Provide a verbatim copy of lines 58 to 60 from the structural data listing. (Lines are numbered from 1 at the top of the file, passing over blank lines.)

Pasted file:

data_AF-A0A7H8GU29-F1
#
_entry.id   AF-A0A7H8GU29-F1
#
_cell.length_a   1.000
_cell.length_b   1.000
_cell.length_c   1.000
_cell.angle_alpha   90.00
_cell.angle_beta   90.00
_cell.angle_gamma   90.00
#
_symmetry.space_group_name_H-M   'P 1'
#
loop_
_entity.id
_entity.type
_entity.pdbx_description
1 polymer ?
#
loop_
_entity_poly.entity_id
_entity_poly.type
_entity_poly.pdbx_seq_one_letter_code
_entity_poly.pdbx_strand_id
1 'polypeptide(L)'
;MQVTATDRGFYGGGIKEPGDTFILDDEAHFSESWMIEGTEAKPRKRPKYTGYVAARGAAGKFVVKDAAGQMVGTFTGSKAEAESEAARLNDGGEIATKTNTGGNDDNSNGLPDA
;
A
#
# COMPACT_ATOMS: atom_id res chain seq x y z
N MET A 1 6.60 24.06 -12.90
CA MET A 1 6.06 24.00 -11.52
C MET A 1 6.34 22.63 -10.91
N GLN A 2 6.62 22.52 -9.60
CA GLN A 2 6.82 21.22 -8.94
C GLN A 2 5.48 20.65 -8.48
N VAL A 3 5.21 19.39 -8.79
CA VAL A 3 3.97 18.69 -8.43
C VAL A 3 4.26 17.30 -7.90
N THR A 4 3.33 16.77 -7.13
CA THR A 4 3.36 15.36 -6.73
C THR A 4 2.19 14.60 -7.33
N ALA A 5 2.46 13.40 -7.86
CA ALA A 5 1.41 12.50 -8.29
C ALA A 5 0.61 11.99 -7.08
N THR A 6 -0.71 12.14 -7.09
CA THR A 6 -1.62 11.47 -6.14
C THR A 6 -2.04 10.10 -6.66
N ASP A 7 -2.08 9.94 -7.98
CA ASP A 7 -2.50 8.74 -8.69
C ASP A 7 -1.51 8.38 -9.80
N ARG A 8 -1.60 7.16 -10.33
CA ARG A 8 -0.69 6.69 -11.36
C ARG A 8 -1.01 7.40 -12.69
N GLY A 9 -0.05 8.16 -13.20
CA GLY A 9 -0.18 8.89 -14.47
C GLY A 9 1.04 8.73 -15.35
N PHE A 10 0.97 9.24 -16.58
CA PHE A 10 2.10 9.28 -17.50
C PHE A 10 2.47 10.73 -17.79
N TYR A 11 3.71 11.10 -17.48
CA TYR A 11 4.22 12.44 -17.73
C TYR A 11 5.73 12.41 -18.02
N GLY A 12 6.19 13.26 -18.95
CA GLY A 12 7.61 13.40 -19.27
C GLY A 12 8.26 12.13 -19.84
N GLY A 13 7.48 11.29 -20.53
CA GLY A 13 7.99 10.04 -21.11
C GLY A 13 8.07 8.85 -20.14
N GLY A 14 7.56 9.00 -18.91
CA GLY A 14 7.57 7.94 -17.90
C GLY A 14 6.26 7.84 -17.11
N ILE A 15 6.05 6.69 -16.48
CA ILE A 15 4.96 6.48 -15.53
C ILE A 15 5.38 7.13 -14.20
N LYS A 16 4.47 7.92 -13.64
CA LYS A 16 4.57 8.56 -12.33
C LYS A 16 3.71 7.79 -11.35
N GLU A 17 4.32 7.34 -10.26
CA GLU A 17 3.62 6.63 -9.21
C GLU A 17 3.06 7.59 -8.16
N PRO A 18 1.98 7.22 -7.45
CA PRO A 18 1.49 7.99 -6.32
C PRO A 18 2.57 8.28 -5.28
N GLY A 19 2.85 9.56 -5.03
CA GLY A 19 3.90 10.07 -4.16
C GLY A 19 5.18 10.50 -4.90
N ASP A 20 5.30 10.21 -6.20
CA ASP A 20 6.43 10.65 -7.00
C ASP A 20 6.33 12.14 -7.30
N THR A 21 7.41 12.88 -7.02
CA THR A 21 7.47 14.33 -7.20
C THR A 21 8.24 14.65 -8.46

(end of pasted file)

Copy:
N PHE A 10 0.97 9.24 -16.58
CA PHE A 10 2.10 9.28 -17.50
C PHE A 10 2.47 10.73 -17.79